# convergence of $\prod_{n=1}^\infty (1-\frac{z}{n!})$

I want to show that $\prod_{n=1}^\infty (1-\frac{z}{n!})$ is convergent (or uniformly convergent) (z is complex)

Can I use the Theorem:

The infinite product $\prod_{n=1}^{\infty} (1+a_n)$ converges if and only if the series $\sum_{n=1}^{\infty} a_n$ converges.

• That's exactly what you need Commented Jan 13, 2015 at 23:05
• @user134824 But I think, $a_n$ is real in theorem but I have complex series.. I confused.. Commented Jan 13, 2015 at 23:09
• The theorem you are looking at may only be stated for real numbers, but it is true for complex numbers as well Commented Jan 13, 2015 at 23:11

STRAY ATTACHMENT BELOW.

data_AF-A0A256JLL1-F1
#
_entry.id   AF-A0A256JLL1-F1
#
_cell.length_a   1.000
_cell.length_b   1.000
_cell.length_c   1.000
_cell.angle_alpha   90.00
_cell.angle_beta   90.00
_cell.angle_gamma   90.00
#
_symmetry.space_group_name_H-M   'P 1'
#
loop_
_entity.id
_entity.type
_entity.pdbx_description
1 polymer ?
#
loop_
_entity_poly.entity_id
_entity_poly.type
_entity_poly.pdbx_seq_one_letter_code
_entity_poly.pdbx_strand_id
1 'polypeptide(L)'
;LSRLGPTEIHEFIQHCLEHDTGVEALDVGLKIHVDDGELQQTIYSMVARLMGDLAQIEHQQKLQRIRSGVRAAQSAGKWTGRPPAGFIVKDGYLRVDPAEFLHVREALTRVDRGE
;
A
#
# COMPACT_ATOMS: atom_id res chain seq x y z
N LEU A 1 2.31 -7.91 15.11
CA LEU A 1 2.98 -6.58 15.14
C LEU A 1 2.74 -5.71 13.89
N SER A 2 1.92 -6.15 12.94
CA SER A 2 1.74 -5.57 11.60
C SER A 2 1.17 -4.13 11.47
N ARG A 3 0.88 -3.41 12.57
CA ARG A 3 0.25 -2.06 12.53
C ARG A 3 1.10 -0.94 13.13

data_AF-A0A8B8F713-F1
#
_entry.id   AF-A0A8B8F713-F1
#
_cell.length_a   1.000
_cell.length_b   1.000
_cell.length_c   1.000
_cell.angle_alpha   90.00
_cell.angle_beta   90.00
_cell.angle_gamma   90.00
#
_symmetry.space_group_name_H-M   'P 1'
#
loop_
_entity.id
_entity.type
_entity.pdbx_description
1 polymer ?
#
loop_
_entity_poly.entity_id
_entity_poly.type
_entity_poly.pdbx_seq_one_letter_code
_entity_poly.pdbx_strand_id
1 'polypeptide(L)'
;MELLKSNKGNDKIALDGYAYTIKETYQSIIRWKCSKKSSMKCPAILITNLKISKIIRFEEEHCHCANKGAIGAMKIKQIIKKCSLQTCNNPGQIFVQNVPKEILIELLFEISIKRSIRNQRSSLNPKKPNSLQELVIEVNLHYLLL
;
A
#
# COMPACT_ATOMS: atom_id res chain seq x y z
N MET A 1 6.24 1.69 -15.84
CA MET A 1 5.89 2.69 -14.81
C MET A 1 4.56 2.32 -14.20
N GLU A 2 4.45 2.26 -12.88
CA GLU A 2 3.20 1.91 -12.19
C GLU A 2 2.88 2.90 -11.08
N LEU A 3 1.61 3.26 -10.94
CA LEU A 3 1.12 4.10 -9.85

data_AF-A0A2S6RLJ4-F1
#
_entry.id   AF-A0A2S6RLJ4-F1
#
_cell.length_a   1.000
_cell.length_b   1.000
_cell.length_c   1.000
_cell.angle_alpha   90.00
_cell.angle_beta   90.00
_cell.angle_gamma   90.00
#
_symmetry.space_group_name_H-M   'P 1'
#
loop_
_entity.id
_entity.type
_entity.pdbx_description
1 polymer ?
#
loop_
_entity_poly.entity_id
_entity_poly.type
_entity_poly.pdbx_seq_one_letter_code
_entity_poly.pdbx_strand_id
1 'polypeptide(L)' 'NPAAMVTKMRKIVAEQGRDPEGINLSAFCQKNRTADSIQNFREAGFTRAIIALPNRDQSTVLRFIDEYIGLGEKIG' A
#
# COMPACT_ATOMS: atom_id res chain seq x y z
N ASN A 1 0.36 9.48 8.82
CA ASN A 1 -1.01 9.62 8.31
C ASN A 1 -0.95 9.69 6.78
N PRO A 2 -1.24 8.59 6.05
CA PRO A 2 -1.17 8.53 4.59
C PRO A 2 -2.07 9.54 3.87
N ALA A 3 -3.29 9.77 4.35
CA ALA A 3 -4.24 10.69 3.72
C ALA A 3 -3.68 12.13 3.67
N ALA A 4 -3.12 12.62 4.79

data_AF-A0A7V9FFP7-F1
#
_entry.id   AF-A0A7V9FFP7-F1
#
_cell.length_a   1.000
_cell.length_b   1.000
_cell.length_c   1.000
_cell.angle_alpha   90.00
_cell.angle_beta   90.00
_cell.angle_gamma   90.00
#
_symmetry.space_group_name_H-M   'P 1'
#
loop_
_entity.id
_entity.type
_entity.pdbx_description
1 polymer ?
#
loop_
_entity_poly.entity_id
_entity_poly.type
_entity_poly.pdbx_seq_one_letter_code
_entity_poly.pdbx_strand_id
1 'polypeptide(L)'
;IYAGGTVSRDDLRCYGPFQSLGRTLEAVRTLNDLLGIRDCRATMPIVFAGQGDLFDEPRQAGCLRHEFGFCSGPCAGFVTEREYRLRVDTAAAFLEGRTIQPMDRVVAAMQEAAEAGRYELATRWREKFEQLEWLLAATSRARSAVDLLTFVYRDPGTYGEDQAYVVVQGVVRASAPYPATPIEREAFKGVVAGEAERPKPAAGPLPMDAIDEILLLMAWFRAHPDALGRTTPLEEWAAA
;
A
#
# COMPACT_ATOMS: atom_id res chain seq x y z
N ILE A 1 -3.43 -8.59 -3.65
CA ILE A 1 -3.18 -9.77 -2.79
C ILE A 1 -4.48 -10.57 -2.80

Note that \begin{align} \lim_{N\to\infty}\left|\prod_{n=1}^{N}\left( 1-\frac{z}{n!}\right)\right| = & \lim_{N\to\infty}\exp\left(\log\left(\prod_{n=1}^{N}\left| 1-\frac{z}{n!}\right|\right)\right) \\ = & \lim_{N\to\infty}\exp\left(\sum_{n=1}^{N}\log\left| 1-\frac{z}{n!}\right|\right) \\ \leq & \lim_{N\to\infty}\exp\left(\sum_{n=1}^{N}\log\left[1+\frac{|z|}{n!}\right]\right) \\ \end{align} Due to inequality $\log (x)<x-1$ for all $x>0$, \begin{align} \lim_{N\to\infty}\left|\prod_{n=1}^{N}\left( 1-\frac{z}{n!}\right)\right| \leq & \lim_{N\to\infty}\exp\left(\sum_{n=1}^{N}\left[\frac{|z|}{n!}\right]\right) \\ = & \lim_{N\to\infty}\exp\left(|z|\sum_{n=1}^{N}\left[\frac{1}{n!}\right]\right) \\= & \exp\left(|z|\lim_{N\to\infty}\sum_{n=1}^{N}\left[\frac{1}{n!}\right]\right) \\ = & \exp\left(|z|e\right) \\ \end{align}